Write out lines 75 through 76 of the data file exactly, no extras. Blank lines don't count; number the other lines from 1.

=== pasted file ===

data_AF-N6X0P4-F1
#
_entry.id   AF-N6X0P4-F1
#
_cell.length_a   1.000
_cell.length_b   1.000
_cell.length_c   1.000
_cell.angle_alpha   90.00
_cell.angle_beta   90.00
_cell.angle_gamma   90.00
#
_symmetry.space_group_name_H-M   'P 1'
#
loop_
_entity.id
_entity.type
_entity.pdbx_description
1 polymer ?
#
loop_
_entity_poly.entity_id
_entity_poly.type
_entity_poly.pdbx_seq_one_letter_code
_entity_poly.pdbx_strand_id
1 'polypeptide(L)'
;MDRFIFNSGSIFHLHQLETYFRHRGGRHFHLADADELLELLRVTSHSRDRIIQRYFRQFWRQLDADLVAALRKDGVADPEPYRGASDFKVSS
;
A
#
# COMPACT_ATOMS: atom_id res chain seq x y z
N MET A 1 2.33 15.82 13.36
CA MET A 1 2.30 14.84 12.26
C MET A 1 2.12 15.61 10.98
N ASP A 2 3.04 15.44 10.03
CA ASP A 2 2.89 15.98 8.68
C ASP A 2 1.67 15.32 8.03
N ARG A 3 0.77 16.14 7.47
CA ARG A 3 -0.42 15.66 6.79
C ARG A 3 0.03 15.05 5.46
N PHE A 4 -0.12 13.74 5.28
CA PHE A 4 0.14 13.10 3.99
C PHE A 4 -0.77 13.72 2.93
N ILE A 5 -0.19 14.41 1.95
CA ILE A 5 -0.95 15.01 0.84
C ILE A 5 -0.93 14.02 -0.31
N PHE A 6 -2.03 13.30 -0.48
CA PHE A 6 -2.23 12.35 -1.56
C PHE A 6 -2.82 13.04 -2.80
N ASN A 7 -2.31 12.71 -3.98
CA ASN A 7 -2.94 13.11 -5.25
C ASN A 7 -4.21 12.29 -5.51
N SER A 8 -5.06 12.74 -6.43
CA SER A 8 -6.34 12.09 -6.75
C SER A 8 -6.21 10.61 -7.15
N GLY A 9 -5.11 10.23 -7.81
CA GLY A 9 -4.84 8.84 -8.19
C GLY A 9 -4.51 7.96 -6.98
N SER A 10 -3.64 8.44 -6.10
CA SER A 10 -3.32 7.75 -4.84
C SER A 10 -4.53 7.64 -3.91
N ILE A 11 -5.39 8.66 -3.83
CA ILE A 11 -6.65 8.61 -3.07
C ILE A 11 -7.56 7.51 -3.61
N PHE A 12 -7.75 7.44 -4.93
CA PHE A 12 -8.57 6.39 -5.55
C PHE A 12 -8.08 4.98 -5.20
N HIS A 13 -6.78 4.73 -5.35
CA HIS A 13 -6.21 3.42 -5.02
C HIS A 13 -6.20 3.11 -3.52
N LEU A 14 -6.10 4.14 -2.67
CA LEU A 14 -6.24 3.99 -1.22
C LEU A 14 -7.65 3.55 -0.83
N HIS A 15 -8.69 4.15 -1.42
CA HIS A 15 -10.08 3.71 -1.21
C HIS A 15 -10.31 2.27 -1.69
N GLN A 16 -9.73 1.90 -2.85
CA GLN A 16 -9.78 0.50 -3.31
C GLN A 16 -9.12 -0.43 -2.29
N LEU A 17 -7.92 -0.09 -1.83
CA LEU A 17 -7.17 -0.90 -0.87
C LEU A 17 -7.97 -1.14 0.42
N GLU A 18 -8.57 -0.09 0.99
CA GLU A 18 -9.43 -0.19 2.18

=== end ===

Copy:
C HIS A 15 -10.31 2.27 -1.69
N GLN A 16 -9.73 1.90 -2.85